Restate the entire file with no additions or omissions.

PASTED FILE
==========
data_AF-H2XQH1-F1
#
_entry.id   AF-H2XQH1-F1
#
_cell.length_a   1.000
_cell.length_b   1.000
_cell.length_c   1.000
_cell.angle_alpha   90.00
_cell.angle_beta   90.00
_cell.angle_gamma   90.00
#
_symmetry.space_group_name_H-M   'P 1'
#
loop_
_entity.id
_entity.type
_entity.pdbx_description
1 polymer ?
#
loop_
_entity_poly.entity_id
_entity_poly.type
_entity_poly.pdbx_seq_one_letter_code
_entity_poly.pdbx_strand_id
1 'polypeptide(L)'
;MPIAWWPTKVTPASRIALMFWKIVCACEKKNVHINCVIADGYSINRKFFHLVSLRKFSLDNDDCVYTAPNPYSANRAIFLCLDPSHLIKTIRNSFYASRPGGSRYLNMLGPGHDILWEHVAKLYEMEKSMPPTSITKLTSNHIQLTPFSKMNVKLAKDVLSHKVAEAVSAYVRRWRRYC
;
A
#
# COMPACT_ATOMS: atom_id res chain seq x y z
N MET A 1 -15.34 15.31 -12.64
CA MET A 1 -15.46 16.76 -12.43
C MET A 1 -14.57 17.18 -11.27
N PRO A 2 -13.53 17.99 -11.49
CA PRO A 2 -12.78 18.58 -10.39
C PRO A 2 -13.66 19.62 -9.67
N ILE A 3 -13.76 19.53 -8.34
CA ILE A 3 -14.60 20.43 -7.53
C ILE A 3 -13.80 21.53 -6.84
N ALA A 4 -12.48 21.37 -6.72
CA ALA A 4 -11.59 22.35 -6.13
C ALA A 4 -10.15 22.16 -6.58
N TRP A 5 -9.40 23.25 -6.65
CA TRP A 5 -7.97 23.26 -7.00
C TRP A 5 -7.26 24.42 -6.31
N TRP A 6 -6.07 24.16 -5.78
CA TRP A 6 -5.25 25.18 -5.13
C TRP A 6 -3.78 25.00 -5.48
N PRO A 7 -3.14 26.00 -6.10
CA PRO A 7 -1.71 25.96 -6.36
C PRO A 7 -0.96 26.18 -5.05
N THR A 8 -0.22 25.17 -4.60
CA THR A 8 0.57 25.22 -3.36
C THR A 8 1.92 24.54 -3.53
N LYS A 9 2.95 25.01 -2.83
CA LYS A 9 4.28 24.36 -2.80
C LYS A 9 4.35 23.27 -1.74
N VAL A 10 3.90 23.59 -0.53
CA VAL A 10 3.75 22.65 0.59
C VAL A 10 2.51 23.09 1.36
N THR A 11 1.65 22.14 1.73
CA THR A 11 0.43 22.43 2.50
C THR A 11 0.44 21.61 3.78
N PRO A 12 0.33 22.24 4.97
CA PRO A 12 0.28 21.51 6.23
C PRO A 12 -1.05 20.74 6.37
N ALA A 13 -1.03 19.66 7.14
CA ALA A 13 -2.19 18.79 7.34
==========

data_AF-H2XQH1-F1
#
_entry.id   AF-H2XQH1-F1
#
_cell.length_a   1.000
_cell.length_b   1.000
_cell.length_c   1.000
_cell.angle_alpha   90.00
_cell.angle_beta   90.00
_cell.angle_gamma   90.00
#
_symmetry.space_group_name_H-M   'P 1'
#
loop_
_entity.id
_entity.type
_entity.pdbx_description
1 polymer ?
#
loop_
_entity_poly.entity_id
_entity_poly.type
_entity_poly.pdbx_seq_one_letter_code
_entity_poly.pdbx_strand_id
1 'polypeptide(L)'
;MPIAWWPTKVTPASRIALMFWKIVCACEKKNVHINCVIADGYSINRKFFHLVSLRKFSLDNDDCVYTAPNPYSANRAIFLCLDPSHLIKTIRNSFYASRPGGSRYLNMLGPGHDILWEHVAKLYEMEKSMPPTSITKLTSNHIQLTPFSKMNVKLAKDVLSHKVAEAVSAYVRRWRRYC
;
A
#
# COMPACT_ATOMS: atom_id res chain seq x y z
N MET A 1 -15.34 15.31 -12.64
CA MET A 1 -15.46 16.76 -12.43
C MET A 1 -14.57 17.18 -11.27
N PRO A 2 -13.53 17.99 -11.49
CA PRO A 2 -12.78 18.58 -10.39
C PRO A 2 -13.66 19.62 -9.67
N ILE A 3 -13.76 19.53 -8.34
CA ILE A 3 -14.60 20.43 -7.53
C ILE A 3 -13.80 21.53 -6.84
N ALA A 4 -12.48 21.37 -6.72
CA ALA A 4 -11.59 22.35 -6.13
C ALA A 4 -10.15 22.16 -6.58
N TRP A 5 -9.40 23.25 -6.65
CA TRP A 5 -7.97 23.26 -7.00
C TRP A 5 -7.26 24.42 -6.31
N TRP A 6 -6.07 24.16 -5.78
CA TRP A 6 -5.25 25.18 -5.13
C TRP A 6 -3.78 25.00 -5.48
N PRO A 7 -3.14 26.00 -6.10
CA PRO A 7 -1.71 25.96 -6.36
C PRO A 7 -0.96 26.18 -5.05
N THR A 8 -0.22 25.17 -4.60
CA THR A 8 0.57 25.22 -3.36
C THR A 8 1.92 24.54 -3.53
N LYS A 9 2.95 25.01 -2.83
CA LYS A 9 4.28 24.36 -2.80
C LYS A 9 4.35 23.27 -1.74
N VAL A 10 3.90 23.59 -0.53
CA VAL A 10 3.75 22.65 0.59
C VAL A 10 2.51 23.09 1.36
N THR A 11 1.65 22.14 1.73
CA THR A 11 0.43 22.43 2.50
C THR A 11 0.44 21.61 3.78
N PRO A 12 0.33 22.24 4.97
CA PRO A 12 0.28 21.51 6.23
C PRO A 12 -1.05 20.74 6.37
N ALA A 13 -1.03 19.66 7.14
CA ALA A 13 -2.19 18.79 7.34